Something to chew on: But I say to you that hear, Love your enemies, do good to those who hate you. Luke 6:27


Sunday October 10, 2004

Rampant election year immaturity

Two Kerry/Edwards lawn signs were stolen from homes across the street over the night. One of them was taken from Sophie, a 90 year-old woman who lives by herself. Luckily, my family's sign remains untouched. That's most likely due to the entire city of Euclid fearing the wrath of my father, whose Bosnian temper and appreciation for civilian corporal punishment make him a force to be reckoned with. A few weeks ago I bought an extra sign to prepare for the inevitable onslought of election year property theft, so I'm giving it to Sophie. The immaturity of stealing political signs from the elderly astounds me.


Saturday October 09, 2004

Signs of the end

The end is coming. There are signs everywhere pointing to it. It's absolutely inevitable. And no, I'm not talking about the end of the world. People have been predicting that for several millenia now, and I'm no fan of Left Behind. I'm talking about my beautiful Fatty McFatterson.

Fat Bastard is my pet rat. From the day I brought him home he's been my partner in crime. He lounges next to my keyboard, eats all of my leftovers, and rolls on his back when we play. But Fatty, having celebrated his second birthday last month, is an old man. Rats don't live very long. They might get three years if they're born with good genes and taken care of extremely well.

Fatty has been taken care of, but after three rounds of antibiotics for his respiratory infection, he's been slowing down. His hair is getting a little yellower; he sleeps a little longer; eats a little less. I have no doubt he'll be around until Thanksgiving, but after that it's anyone's guess. He just may be on his way out.

I don't know what I'll do without Fatty snatching stray dollar bills from my purse and hoarding them on my bookshelf (or is it his bookshelf?) or curling up my sweatshirt for a nap. I don't know. I'll miss ya, buddy.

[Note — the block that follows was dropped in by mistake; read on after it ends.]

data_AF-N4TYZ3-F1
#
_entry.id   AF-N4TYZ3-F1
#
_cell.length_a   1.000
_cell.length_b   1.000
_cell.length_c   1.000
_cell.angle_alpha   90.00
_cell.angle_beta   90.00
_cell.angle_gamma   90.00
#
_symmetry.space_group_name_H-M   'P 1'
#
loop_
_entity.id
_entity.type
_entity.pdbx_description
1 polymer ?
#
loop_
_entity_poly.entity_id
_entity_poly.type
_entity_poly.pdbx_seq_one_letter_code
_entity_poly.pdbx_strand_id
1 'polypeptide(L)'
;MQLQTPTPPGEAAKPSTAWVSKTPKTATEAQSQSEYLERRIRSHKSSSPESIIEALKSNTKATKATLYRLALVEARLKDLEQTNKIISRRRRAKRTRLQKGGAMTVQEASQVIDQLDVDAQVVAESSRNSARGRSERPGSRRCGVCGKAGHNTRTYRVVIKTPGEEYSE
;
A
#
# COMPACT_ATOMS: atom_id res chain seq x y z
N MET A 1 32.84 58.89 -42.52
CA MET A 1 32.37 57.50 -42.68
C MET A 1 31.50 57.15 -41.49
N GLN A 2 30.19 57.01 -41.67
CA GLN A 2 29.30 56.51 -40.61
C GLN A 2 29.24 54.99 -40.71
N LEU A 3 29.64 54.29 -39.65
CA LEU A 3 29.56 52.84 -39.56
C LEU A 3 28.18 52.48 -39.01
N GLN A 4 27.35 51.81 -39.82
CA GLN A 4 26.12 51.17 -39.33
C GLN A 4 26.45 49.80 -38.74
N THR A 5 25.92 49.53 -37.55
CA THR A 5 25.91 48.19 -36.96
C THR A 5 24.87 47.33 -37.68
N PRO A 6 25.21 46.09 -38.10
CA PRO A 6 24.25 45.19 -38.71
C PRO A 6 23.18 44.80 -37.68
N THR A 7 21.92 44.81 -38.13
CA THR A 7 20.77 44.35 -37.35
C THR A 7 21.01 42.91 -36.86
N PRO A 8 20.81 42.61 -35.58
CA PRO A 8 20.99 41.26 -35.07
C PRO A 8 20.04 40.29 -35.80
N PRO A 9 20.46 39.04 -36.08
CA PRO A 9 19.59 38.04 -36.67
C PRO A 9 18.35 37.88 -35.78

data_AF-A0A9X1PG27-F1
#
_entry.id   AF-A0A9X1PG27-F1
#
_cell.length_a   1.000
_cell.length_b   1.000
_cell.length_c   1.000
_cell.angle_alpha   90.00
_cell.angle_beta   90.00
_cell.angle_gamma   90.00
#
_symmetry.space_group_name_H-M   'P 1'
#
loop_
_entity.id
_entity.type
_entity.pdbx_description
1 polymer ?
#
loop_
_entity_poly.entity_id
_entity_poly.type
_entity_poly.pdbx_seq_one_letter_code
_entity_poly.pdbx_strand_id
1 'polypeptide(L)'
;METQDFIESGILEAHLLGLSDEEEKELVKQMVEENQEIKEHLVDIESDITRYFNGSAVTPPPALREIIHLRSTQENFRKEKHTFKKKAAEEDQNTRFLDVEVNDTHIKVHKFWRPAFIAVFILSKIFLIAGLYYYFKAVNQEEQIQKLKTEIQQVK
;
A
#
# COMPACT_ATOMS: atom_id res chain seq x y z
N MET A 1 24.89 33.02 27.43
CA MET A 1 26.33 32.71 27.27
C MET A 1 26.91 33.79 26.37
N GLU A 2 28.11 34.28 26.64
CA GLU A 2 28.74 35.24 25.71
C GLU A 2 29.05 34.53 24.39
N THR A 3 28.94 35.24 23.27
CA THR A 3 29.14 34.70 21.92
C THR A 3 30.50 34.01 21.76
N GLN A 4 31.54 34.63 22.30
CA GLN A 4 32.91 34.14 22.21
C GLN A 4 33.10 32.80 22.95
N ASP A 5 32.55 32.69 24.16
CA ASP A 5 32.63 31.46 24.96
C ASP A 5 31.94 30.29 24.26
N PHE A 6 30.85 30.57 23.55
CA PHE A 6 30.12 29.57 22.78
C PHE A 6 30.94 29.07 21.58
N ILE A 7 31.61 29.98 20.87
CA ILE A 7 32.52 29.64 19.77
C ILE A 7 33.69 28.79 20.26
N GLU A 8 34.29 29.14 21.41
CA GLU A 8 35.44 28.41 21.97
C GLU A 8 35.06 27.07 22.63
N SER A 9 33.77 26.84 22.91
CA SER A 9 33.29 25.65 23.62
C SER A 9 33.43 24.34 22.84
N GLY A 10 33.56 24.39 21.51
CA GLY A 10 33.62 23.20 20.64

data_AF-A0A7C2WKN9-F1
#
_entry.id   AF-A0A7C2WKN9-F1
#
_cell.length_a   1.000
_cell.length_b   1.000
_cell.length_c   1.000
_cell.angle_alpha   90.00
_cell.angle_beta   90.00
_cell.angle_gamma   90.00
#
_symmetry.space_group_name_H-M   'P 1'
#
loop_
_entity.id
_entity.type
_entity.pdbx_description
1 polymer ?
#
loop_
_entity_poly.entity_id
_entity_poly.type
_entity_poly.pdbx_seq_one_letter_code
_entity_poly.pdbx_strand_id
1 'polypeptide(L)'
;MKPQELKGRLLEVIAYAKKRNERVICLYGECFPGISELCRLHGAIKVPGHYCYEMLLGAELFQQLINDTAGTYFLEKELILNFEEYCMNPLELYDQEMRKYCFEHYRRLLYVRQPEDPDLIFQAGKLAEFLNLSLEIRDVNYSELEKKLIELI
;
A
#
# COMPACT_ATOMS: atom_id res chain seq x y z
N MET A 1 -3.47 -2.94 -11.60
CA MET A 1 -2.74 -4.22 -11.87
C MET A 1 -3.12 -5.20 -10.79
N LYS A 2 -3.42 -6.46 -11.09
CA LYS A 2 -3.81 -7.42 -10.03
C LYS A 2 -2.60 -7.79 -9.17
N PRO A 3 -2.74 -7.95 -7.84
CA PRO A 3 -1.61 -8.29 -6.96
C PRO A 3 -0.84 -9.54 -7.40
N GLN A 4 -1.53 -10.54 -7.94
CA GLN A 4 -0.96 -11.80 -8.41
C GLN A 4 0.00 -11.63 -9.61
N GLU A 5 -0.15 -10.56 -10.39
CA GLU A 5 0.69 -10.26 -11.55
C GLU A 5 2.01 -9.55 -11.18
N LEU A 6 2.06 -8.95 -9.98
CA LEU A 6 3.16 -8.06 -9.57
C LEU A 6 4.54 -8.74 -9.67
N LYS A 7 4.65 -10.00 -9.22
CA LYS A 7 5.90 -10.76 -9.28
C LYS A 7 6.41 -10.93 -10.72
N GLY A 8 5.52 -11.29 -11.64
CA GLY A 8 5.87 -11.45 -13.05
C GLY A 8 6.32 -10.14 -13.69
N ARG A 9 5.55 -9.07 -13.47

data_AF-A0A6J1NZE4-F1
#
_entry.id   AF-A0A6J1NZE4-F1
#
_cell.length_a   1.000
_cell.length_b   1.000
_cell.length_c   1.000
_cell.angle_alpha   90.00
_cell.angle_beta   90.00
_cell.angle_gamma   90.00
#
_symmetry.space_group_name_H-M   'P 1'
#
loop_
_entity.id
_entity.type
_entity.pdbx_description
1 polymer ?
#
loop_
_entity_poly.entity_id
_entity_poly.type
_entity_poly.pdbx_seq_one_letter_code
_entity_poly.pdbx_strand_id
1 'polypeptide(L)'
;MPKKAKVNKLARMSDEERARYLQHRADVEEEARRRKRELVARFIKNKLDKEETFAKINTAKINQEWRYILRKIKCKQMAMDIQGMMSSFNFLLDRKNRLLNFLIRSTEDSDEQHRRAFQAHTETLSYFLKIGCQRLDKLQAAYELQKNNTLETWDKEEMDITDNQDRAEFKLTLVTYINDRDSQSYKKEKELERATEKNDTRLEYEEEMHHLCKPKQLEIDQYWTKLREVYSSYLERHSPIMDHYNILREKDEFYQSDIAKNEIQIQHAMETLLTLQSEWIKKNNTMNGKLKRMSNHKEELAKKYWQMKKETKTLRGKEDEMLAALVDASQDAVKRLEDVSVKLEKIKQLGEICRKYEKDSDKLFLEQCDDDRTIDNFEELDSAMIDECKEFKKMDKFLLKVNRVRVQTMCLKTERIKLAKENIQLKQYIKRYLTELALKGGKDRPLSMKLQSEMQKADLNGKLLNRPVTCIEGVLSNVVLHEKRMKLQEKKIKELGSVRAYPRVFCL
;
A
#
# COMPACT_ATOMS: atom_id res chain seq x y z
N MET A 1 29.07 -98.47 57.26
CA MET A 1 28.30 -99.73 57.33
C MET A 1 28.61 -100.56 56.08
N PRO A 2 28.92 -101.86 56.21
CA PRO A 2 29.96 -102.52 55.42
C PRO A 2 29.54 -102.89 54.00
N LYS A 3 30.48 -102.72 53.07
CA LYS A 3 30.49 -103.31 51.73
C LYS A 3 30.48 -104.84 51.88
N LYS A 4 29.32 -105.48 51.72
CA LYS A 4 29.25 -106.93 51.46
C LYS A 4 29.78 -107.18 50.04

Friday October 08, 2004

Conflicted about Saint Anthony?

A few weeks ago my dad started nagging me to go with him to evaluate a five-foot tall Catholic statue in need of repair. He's a shrine keeper, and is responsible for restoring it. Ever so sensitive to the different specialties of studio art, he drafted me into doing the job even though I've never so much as touched a statue before.

I draw. I paint. I don't deal with plaster and concrete. But my dad doesn't care too much about that. So last week he brought me to the shrine to have a look. It was some saint holding the infant Christ, the latter of which had bright blue eyes and flowing blonde hair. I had to ask myself, who on this Earth believes Christ had blue eyes and blonde hair? (Answer: the Germans, circa 1940). And who paints statues? It's so... kitchy.

After determining that its stucture was light enough for the two of us to move, we hauled it home so that I could begin working. I slapped on some paint stripper, which removed one layer of paint and two layers of skin. My lungs are now lined with stray dust particles from the chalky plaster, and I accidentally broke two fingers off the Aryan Christ's right hand. It's not going well, and it will likely be a few more weeks before I can start repainting. Who the heck paints statues anyway?

I do, now.

This whole process makes me really uncomfortable, and not just because I'm stricly a two-dimensional artist with no sculpture experience. I don't like statues, at least not the Catholic kind flanked by padded kneelers. And this is one of those statues.

A lont time has passed since I last gazed into the eyes of a plaster Jesus or conrete Mary and felt that it had any kind of divine value. And those years have changed the way I feel about them playing such a huge role in my former faith. Statues are man-made objects, many of which are mass-produced in factories and sold at many times the production value. As I see it, that's all they are. They're no more sacred than my left shoe.